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Examining health care personal protective equipment use through a human factors engineering and product design lens

  • Hamed Salehi
    Affiliations
    Department of Industrial and Systems Engineering, Seamans Center for the Engineering Arts and Sciences, University of Iowa, Iowa City, IA
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  • Priyadarshini R. Pennathur
    Correspondence
    Address correspondence to Priyadarshini R. Pennathur, PhD, Department of Industrial and Systems Engineering, Seamans Center for the Engineering Arts and Sciences, University of Iowa, 103 S Capitol St, Iowa City, IA 52246.
    Affiliations
    Department of Industrial and Systems Engineering, Seamans Center for the Engineering Arts and Sciences, University of Iowa, Iowa City, IA

    Carver College of Medicine, University of Iowa School of Medicine, Iowa City, IA
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  • Jaqueline Pereira Da Silva
    Affiliations
    Department of Industrial and Systems Engineering, Seamans Center for the Engineering Arts and Sciences, University of Iowa, Iowa City, IA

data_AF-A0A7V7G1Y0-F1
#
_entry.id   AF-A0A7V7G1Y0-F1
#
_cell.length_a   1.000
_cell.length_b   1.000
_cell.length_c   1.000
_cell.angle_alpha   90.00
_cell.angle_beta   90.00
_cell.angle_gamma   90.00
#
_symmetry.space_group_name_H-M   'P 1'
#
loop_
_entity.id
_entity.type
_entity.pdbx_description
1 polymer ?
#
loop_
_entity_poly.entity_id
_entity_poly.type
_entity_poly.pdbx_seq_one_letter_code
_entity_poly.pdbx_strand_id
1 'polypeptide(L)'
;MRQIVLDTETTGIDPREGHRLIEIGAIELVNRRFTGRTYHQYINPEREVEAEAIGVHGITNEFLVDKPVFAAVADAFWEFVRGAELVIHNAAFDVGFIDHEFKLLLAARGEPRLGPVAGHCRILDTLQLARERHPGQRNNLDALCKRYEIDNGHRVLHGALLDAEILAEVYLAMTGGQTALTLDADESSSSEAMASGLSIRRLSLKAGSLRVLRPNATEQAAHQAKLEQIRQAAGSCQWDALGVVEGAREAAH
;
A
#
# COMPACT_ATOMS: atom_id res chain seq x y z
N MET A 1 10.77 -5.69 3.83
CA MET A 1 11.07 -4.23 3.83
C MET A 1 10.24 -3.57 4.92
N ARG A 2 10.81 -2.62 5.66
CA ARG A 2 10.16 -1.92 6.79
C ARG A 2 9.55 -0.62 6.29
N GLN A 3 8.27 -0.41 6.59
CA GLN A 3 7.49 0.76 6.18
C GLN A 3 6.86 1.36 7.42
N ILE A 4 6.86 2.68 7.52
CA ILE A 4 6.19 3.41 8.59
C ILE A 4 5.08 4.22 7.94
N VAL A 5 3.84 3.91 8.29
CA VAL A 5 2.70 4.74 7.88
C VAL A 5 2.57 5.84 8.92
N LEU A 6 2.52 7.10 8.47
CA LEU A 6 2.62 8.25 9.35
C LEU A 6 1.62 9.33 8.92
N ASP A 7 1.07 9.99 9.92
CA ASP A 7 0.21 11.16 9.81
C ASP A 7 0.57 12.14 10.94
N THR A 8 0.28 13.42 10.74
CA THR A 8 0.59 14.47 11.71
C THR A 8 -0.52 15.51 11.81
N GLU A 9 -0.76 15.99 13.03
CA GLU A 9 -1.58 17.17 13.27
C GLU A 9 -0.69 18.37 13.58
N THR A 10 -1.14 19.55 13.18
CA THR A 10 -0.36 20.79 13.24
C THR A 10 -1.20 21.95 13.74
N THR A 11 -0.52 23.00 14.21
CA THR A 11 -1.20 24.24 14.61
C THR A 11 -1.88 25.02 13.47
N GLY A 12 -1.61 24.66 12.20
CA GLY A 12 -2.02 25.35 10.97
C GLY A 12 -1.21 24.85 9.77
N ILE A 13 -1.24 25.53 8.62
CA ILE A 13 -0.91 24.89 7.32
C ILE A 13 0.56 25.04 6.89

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  • Loreen A. Herwaldt
    Affiliations
    Carver College of Medicine, University of Iowa School of Medicine, Iowa City, IA

    College of Public Health, University of Iowa, Iowa City, IA
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Published:December 04, 2018DOI:https://doi.org/10.1016/j.ajic.2018.10.008
      Health care–associated infections continue to cause significant morbidity and mortality and increase costs. Although investigators have devoted considerable attention to examining the clinical, microbiological,and epidemiologic determinants of infection, recent epidemics of highly transmissible pathogens, such as Ebola virus, have increased interest in assessing the design and use of personal protective equipment (PPE) to prevent the spread of infectious agents. This work has highlighted important limitations in PPE design, which can render PPE ineffective in actual practice settings.

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